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Tear up the business rule book
Published on Friday, 21 May 2010
Illustration: Bay Leung
Book: Rework - Change the Way You Work Forever
Authors: Jason Fried and David Heinemeier Hansson
Publisher: Vermilion

In any business, whatever the size or structure, it is easy to get locked into accepted rhythms and rituals almost unquestioningly. There are, for example, the weekly sales meetings that drag on for hours, the planning sessions to plot years ahead and the mission statements about "living our values".

Along with that comes a whole boxed-set of assumptions and behaviour. Before they know it, executives find themselves adopting the mindset and language prevalent in most modern organisations. Conventional wisdom leads them to believe that continuous growth is essential, the customer is always right, and delegation is the sign of a good manager. And all too often, they simply swallow these old maxims with scarcely a second thought.

Instead of letting that happen, Jason Fried and David Heinemeier Hansson want people to stop and think. Their book Rework advocates rejecting many of the practices and procedures that consume time, stifle productivity, ignore realities and repeat easily avoidable errors.

The authors base their views and advice on experience gained running a successful software business. Starting out as a three-person Web design outfit in 1999, it has evolved into an enterprise making software and selling online tools mainly to help small companies do things "the easy way".

A decade or so of finding out what works and why has helped them return consistent profits, and given the confidence to skewer long-held beliefs that other companies still cling to.

Using a declarative style which doesn't waste words, the authors dive straight in. Their professed aim is to "throw out the traditional notions of what it takes to run a business", and to emphasise that a new reality now exists in the broader business world. Largely, this derives from the application of technology, but it requires a fundamental re-think of workplace priorities and behaviour.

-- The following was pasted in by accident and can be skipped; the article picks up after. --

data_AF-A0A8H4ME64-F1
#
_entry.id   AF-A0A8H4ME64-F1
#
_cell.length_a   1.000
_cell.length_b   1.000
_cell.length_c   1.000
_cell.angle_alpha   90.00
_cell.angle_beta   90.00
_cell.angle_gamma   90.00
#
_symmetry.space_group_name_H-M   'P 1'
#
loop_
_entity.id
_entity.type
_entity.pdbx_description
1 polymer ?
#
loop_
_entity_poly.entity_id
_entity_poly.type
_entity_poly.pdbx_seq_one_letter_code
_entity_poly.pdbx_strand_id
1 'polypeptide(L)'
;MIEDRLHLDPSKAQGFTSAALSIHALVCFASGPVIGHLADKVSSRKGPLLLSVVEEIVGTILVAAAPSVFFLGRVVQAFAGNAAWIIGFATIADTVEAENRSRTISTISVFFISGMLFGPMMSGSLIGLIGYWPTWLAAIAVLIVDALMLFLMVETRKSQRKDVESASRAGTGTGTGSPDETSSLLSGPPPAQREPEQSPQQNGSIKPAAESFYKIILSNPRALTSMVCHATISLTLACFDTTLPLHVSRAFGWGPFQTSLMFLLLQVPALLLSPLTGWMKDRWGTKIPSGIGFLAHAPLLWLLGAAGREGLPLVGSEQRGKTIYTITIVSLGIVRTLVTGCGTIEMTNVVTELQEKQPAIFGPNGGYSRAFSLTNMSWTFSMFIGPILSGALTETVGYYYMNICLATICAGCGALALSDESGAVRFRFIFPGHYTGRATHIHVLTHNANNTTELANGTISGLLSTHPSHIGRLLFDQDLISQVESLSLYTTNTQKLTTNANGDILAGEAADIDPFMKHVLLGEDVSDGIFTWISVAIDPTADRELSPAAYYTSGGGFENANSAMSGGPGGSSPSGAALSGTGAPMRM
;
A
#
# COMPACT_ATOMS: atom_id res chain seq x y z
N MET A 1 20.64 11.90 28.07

From the perspective of smaller business owners, basic topics include getting started, improving productivity, hiring and culture. In quick-fire chapters, these boil to a series of simple rules for success that kick at convention and can hold true for any size of enterprise.

For instance, the authors query the corporate obsession with growth and state that "long-term business planning is a fantasy". The way they see it, the right size for a company may be five people, or any other number. Being small can be "a great destination in itself" and "ramping up" doesn't have to be a goal. Similarly, they point out that most forward planning, for all the time and attention it gets, is little more than guesswork. Writing a detailed plan might make you feel in control, but too many factors - the market, competitors, customers and economic variables - will intervene.

Furthermore, sticking too rigidly to a long-term plan limits flexibility, innovation and inspiration - some of the very qualities a company should do most to encourage.

With deliberate directness, the authors take aim at what they view as pointless exercises and pure misconceptions. Learning from mistakes is overrated, they conclude, meetings are toxic, delegators are dead weight, and companies should focus on their own performance and not worry endlessly about the competition.

They instead recommend an approach that puts practicality above process, remains nimble and accepts that it's fine if some solutions are just "good enough", because what really matters is "how to actually get customers and make money".

Rework is a quick and easy read. It won't change the world, but it should give young executives some useful food for thought.

 


FIVE INSIGHTS

  • Decisions and quick wins help to generate momentum
  • Don't be afraid to say no to customers or let them outgrow you
  • Resist the urge to keep matching the competition
  • Make everyone spend time on the front line
  • It's a mistake to create rigid rules and treat employees like children

 

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